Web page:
Wednesday, December 26, 2012

Muslims poorer than most in Gujarat, says economist

Rajiv Shah, TNN May 17, 2012, 10.51PM IST
GANDHINAGAR: Taking issue with sharp claims of the Gujarat government that Muslims in the state are better off, educationally, socially and economically, than the rest of India, senior economist with the National Council for Applied Economic Research (NCAER), Delhi, Abusaleh Shariff has said that "poverty among Muslims in Gujarat is eight times (800%) more than high caste Hindus, about 50 per cent more than OBC Hindus and the scheduled castes (SCs) and scheduled tribes (STs).
In a study published last month, "Gujarat Shining: Relative Development of Gujarat and Socio-Religious Differentials", Shariff, who was member-secretary the Prime Minister's Committee to assess the social, economic and educational status of Muslims of India, or Sachar Committee, says, things are not very different for the Muslims in the rural areas. "Rural poverty among the Muslims is two times (200%) more than the high caste Hindus," he says.

gujarat: muslims
An Outlook investigation finds ‘Vibrant Gujarat’ has left the state’s Muslims in an economic ghetto
Medina Warsi’s ageing husband isn’t employed, and for want of any other job, keeps accounts at the tea stall she runs in ‘Bombay Hotel’, a sprawling slum on Ahmedabad’s outskirts. You walk to this area through refuse and rubble. Only Muslims live here, in dwellings bereft of municipal attention. His dubious sinecure keeps Mr Warsi busy for perhaps half an hour a day—the tea stall makes slim profits, Rs 250 on a good day. Yet, visiting neighbours openly gawk at the sum—they earn much less stitching nighties for Re 1 apiece, embroidering shirt collars or rolling bidis. The Warsis’ income, though, isn’t enough to fix the man’s unknown ailment, the one that keeps him unemployed.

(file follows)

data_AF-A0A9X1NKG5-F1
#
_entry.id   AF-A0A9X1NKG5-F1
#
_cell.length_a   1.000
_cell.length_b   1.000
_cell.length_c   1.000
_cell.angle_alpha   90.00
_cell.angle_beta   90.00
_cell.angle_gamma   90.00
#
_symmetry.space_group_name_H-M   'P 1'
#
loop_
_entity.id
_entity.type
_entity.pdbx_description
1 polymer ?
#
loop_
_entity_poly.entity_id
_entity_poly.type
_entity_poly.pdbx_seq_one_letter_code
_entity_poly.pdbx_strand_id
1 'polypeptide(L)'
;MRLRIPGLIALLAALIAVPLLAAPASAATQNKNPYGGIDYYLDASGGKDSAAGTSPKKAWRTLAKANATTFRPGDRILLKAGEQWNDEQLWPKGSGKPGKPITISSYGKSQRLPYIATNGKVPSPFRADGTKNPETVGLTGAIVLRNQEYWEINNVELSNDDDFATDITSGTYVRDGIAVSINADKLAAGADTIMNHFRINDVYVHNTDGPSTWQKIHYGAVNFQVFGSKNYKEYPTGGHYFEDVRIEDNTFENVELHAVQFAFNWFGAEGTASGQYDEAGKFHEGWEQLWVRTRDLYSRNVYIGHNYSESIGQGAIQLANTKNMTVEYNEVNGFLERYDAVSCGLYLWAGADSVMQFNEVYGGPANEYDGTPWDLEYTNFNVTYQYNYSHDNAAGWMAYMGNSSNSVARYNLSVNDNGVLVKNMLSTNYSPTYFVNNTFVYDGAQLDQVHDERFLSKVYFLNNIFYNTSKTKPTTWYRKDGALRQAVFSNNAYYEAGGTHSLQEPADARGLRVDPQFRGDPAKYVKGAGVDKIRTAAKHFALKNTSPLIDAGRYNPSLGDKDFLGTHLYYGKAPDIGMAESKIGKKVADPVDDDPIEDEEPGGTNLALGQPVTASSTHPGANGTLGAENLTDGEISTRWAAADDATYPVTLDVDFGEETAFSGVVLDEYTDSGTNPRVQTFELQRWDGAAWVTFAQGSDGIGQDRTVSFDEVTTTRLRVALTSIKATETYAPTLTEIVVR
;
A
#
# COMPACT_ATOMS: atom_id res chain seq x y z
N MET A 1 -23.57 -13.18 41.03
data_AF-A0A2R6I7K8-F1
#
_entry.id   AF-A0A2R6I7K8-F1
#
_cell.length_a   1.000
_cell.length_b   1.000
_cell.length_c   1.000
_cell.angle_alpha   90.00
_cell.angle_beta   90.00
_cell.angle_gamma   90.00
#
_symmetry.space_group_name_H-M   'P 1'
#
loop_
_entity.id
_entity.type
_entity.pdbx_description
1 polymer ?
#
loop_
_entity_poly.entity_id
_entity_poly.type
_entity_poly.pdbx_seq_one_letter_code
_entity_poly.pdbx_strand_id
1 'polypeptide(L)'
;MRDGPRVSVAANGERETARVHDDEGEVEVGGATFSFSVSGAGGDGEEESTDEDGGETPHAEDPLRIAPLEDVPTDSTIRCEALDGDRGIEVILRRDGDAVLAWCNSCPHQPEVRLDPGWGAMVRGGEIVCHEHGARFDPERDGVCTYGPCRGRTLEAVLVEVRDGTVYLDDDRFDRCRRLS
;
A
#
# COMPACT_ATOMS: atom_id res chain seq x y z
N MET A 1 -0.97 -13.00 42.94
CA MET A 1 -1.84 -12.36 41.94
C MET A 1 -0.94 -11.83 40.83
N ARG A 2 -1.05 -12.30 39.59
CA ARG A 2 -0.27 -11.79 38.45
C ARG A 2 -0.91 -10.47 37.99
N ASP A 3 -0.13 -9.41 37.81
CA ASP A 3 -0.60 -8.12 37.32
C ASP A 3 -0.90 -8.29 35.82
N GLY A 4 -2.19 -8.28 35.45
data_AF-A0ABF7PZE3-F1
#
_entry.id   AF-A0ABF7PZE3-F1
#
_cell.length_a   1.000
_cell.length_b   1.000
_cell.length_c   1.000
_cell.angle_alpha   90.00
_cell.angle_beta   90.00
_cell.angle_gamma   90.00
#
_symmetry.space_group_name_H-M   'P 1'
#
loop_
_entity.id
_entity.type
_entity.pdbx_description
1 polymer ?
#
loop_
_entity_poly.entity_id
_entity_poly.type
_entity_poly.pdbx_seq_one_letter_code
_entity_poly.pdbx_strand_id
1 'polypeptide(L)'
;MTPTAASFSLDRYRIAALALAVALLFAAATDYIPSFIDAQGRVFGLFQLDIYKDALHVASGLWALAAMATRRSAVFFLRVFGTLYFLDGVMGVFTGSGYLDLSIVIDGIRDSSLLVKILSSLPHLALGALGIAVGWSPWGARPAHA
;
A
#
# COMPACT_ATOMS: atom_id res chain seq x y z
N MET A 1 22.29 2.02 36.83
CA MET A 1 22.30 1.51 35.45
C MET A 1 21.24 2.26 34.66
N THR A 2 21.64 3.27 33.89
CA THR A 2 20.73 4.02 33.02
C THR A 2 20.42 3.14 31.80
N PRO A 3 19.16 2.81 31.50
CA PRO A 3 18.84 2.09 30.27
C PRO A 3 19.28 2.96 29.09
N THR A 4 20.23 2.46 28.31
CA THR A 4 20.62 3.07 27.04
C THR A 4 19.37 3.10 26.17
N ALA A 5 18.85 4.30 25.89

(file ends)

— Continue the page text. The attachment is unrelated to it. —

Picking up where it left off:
Bombay Hotel is 25 minutes from the city’s upmarket western districts, dotted with thousands of atms, business centres and multiplexes, criss-crossed by the best metalled roads in the country. Originally built to house 20,000 people, it now accommodates 90,000 or more, swelling with the 2002 riot-affected and others who arrive looking for work. What they get though is denial. It took multiple years, petitions and court cases to get a primary school approved for the area. Residents wrote letters to authorities demanding a school. One was built, but too far for little children to walk to. Then it was demolished to build a new metro line. More petitions somehow got it rebuilt. There is still no bank or health clinic.

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